The 2010 FIFA World Cup brought forth an almost innumerable display of branded presence– with Adidas, Coca-Cola, Budweiser, Castrol, Nike, and Visa all bringing forth campaigns trying to capture some of the phenomenon of this global event.
The campaign presence and expression of these brands wasn’t too surprising-all with a different take on how the World Cup turns athletes into heroes and brings us all together.
However the one brand which really surprised me with a unique paradigm on how to integrate itself into this event, was none other than iconic fashion brand Louis Vuitton.
Louis Vuitton’s ‘Journeys’ campaign, crafted by Ogilvy & Mather Paris, had a different story to tell about the World Cup, and three of soccer’s most iconic legends- Zinedine Zidane, Pele, and Diego Maradona.
Instead of focusing on the glory and strength of the sport like most brands, LV brought an emotional connection to the event by bringing to life the process of self-discovery- as captured by world-renowned photographer Annie Leibovitz.
The campaign lives on a microsite, http://www.louisvuittonjourneys.com/legends/, and simply but beautifully blurs the lines between branded content and interactive story-telling as the content features these 3 soccer legends engaging in a rousing game of foosball.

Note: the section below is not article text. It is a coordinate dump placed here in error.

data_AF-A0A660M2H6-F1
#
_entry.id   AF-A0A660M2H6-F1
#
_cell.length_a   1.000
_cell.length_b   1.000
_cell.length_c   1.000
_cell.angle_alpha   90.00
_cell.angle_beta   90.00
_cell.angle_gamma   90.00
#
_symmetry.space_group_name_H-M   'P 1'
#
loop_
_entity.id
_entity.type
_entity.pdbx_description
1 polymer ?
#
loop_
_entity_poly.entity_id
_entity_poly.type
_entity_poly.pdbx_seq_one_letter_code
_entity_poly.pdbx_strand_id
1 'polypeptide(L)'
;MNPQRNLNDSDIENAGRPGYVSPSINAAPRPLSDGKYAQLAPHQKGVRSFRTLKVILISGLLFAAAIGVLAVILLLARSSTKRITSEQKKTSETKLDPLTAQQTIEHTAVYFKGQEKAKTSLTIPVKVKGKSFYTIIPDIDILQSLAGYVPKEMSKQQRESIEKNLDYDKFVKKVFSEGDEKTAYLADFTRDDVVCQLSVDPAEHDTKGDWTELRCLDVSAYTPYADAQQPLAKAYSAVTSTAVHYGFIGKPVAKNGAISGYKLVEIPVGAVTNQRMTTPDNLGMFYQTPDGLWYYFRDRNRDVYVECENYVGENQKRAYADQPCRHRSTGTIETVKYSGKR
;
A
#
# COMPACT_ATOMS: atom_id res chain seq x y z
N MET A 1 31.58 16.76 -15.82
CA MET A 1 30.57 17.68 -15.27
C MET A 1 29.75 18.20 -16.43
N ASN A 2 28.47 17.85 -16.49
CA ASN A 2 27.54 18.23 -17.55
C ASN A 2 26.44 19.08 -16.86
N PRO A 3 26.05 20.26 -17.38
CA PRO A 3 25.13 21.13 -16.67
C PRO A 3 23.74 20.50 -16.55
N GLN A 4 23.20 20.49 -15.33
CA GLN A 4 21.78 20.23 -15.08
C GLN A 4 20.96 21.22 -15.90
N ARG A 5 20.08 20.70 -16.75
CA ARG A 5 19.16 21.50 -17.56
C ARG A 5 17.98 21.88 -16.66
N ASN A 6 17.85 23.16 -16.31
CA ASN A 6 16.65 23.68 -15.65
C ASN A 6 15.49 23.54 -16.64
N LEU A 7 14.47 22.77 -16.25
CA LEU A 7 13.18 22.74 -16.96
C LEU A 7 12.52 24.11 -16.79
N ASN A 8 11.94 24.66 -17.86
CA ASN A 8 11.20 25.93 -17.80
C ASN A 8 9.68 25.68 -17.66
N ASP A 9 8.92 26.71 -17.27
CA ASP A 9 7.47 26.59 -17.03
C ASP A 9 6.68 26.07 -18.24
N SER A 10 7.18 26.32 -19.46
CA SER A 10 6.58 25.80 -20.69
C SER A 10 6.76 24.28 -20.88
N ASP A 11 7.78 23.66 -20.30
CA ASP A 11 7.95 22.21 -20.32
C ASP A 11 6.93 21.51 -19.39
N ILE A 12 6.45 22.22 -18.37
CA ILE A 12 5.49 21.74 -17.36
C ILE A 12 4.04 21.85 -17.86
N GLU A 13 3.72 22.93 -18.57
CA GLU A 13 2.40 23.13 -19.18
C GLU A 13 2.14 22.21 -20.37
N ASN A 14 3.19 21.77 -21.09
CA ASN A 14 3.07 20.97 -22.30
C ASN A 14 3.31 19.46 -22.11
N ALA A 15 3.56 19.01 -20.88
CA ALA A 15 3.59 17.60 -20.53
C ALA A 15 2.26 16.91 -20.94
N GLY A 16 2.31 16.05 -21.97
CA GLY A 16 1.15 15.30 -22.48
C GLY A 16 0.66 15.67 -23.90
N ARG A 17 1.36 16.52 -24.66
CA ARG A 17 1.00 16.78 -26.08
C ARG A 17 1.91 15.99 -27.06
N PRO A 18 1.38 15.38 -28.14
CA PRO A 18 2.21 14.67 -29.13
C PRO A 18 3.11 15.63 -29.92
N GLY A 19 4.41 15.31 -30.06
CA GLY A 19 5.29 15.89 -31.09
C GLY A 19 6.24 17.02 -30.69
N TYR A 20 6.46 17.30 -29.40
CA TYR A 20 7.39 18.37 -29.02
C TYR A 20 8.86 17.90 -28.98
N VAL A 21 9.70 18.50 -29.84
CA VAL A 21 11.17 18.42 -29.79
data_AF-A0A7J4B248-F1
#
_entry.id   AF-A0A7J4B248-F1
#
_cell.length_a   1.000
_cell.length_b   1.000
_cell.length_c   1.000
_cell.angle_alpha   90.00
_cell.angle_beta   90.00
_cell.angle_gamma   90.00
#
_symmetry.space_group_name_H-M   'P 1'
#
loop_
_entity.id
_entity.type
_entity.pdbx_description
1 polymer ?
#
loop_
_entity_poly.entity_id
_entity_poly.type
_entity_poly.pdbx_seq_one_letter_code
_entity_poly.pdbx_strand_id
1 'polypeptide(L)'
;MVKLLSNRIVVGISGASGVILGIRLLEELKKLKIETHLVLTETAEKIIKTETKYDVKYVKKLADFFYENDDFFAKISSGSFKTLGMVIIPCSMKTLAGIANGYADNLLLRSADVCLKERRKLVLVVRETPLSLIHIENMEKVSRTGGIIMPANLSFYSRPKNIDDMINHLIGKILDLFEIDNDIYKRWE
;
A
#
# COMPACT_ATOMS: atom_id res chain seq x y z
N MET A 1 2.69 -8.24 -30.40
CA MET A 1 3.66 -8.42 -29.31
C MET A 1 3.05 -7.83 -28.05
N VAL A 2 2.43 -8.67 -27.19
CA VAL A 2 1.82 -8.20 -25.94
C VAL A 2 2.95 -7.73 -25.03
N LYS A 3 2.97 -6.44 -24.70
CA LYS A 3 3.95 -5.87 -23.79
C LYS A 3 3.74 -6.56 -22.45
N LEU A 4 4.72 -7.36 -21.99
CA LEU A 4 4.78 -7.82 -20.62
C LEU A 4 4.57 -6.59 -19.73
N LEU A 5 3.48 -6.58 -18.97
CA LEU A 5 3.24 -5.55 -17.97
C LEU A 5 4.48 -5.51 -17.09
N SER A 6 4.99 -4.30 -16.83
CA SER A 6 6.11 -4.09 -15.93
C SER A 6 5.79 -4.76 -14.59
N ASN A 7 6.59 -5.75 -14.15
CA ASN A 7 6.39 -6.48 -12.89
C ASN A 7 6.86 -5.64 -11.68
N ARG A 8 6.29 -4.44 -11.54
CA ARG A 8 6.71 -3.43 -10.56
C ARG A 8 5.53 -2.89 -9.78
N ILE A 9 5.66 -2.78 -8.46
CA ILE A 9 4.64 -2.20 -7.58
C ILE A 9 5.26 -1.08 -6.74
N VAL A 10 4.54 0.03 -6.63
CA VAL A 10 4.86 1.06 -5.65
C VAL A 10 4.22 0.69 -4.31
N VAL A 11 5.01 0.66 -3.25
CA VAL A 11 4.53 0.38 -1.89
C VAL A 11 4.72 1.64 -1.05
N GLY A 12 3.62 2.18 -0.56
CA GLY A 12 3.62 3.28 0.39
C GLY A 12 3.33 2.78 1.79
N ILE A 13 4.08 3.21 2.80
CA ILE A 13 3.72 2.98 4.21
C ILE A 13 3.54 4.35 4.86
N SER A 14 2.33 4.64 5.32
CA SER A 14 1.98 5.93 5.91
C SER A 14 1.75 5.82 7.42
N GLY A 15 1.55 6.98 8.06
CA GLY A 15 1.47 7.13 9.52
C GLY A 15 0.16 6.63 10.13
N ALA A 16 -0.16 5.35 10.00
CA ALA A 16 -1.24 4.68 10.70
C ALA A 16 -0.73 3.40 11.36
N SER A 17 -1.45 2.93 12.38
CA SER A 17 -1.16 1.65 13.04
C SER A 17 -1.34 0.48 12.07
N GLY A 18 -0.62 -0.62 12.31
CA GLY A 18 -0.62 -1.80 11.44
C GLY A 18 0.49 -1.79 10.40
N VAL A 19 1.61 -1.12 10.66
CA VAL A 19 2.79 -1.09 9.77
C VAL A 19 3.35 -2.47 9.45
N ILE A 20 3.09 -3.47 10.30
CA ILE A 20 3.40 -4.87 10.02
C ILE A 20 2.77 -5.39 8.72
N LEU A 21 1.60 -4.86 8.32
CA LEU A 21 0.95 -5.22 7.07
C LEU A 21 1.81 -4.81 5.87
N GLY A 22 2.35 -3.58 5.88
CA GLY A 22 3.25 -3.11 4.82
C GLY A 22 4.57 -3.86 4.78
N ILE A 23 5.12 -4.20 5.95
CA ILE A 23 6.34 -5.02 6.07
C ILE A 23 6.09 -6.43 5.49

To bring their journey full-circle, LV culminated this segment of the Journeys campaign with a placement in the World Cup Finale- as the FIFA trophy was presented in a monogrammed case.
(Fabio Cannavaro, winning captain of Italy’s 2006 team, passes on the World Cup trophy in a Louis Vuitton case)
However Louis Vuitton is certainly not the first fashion brand to tap into using male athletes to boost brand awareness. In an article from BlackBook.com, “From Christiano Rinaldo disrobing for Armani, to Joseph Abboud collaborating with the New York Giants, there is no shortage of non-sport men’s brands enlisting athletes as mannequins to boost allegiance with regard to potential consumers.”
(Christiano Rinaldo for Armani)
It only makes sense, when considering what will produce better brand recall, a study from Brand Affinity Technologies last year found that online ads featuring athletes increased brand awareness 180 percent compared with those with no athletes.
From a global perspective, it is becoming more common to reach fashion-savvy males with this type of partnership. A recent article from the New York Times quotes Nick Sullivan, the fashion director of Esquire, “If you, as a fashion brand, want to connect with mainstream guys in Europe, it is vitally important to make that association with soccer. It’s like the ‘bat phone’ way of reaching guys who are not necessarily going to go and buy Vogue.”
With fashion and sports colliding more and more each day (see below: Venus Williams’ risqué display at this year’s French Open) it will be interesting to see which brand will strike next, whether it be on or off the field.